Posts Tagged ‘interactive technology’

Novartis Interactive Stand Augmented Reality

November 10th, 2011 by NearInteraction

An interactive Augmented Reality experience for Novartis Oncology Portugal, produced by NearInteraction, in partnership with BUG Group.


Urban Apps: when meaningful ideas connect communities with interactive technology.

February 10th, 2011 by NearInteraction

“… I honestly think that the ideas we came up with could not have been produced by a conventional method. I think that the process led to some real originality – reaching bits of the mind that other methods cannot reach. Fascinating stuff as I suspected – but having experienced it I am now sold!”

“The storytelling approach to exploring solutions was great. Your model pushed us to get into the detail of our characters and places and really brought out the creative side of our group.  The depth of the characterisation helped us understand the situation.  The creative thinking around the narrative opened us up to more creative solutions for the App/product.  The storytelling enabled people from different professional backgrounds to develop a shared language, moving beyond our professional boundaries and exclusive language. Consider yourselves to have designed a really successful model.  I’m certainly going to use it again to explore a few projects I’m working on.”

A one-day workshop in London exploring the possibilities of merging interactive technology with community-led projects using NearInteraction’s NearLab’s unique collection of tools, probes and thought-provokers to inform and facilitate the innovation process. In the form of sets of cards, flash sets and scenario sheets, these are designed to operate on principles that encourage creativity and collective ownership, allowing the users the ability to be intuitive, recognise patterns, and explore the full potential.

The series of 3 workshops utilise the combined intelligence of the participating group, and facilitated with “learning together by doing” practices, including facilitated brainstorms, curated problem solving exercises, experience-based-learning, case methods and physical prototyping sessions, resulting in the generation of valuable, tangible outcomes.

Urban Apps: when meaningful ideas connect communities with interactive technology Workshop details here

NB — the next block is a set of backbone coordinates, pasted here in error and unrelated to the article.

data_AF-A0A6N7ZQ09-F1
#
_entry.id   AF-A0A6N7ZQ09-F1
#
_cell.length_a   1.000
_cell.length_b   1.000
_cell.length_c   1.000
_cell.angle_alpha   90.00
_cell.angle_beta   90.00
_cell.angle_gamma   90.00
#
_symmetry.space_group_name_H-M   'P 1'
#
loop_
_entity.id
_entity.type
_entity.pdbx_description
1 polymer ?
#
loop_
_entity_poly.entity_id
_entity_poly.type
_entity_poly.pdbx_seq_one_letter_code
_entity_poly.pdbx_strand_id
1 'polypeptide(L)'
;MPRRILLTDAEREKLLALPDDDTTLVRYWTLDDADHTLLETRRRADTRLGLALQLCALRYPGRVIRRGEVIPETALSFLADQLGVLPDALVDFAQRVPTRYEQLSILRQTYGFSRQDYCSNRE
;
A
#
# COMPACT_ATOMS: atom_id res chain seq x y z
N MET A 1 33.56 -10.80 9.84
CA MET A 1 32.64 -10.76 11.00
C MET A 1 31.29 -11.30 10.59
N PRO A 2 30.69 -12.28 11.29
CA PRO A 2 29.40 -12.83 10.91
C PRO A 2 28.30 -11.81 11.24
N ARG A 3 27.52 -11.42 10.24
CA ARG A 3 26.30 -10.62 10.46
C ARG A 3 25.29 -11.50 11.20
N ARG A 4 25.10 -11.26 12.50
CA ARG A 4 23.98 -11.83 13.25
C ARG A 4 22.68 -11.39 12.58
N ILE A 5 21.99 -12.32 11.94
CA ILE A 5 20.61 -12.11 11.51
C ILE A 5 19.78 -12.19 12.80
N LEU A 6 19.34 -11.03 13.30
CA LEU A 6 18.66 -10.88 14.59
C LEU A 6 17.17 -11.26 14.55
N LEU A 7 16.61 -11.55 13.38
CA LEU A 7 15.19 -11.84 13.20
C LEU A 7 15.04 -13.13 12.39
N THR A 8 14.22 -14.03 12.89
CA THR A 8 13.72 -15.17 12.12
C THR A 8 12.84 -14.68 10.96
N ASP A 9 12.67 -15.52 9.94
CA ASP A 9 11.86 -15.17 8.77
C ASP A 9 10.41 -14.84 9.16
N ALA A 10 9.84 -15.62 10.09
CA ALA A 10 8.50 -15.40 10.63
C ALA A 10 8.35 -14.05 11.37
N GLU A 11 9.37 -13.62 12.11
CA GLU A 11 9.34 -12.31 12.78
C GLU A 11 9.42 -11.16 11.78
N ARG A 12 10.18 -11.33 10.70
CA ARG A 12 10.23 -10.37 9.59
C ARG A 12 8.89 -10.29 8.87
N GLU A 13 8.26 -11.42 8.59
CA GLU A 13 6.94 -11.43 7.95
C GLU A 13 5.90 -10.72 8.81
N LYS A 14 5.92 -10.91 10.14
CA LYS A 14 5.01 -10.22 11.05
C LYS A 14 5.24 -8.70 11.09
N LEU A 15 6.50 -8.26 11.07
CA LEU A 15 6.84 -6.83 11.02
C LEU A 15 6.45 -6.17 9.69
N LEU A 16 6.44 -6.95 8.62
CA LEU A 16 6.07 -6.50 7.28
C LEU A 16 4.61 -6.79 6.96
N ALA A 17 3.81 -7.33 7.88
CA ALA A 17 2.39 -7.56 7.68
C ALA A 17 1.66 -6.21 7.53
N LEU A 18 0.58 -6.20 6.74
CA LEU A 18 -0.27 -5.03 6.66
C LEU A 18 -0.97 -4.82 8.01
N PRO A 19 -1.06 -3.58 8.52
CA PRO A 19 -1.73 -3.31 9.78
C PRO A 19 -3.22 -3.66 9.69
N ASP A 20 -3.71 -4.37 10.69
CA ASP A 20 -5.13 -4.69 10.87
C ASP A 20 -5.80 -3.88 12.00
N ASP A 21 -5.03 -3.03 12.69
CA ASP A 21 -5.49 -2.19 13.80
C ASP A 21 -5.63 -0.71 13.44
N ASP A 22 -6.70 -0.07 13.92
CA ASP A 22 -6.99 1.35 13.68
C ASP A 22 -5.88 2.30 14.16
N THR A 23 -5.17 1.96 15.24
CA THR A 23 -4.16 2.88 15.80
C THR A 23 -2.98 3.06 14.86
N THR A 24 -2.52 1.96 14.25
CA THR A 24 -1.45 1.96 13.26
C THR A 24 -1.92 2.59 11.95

NearInteraction partners with the Ministry of Culture leading the future…

September 30th, 2010 by NearInteraction

This September saw NearInteraction showcasing several technological pieces on behalf of the Ministry of Culture of Portugal at the technology fair “Portugal Tecnológico 2010″, the nation’s largest technology and innovation show, held at the Feira Internacional de Lisboa (FIL) exhibition centre.

Welcoming in the new wave…

Using a gesturally guided installation to showcase MatrizPix, an information system responsible for the management of images and archives of the Instituto dos Museus e da Conservação, was NearInteraction’s first choice to relay a physical exploring experience to the viewer whilst browsing the archive of digitalised files.

Posting the freedom of artistic creation…

Highlighting the works produced by the arts residencies represented by DGARTES, (a Direcção-Geral das Artes) NearInteraction’s object recognition installation reveals documentary style videos activated by postcards held up to the monitor.



Keeping touch with history…

NearInteraction created a multi-layered multi-touch table visually showcasing the processes that are represented by DGARQ, (a Direcção Geral de Arquivos) the coordinating body of the national archives which overlooks in all forms and mediums of archiving throughout the country. Focused on areas such as network and file systems, the safeguarding of assets, classifications, preservation of documents and the dissemination of information, this particular multi-touch table focused on the Torre de Tombo site.

By making use of interactive technology to relay a virtual experience to all the various aspects represented by the Ministry of Culture, NearInteraction’s portfolio of works exhibited at FIL, were accessible to both professionals and the public at large, allowing the Ministry of Culture to play a memorable part.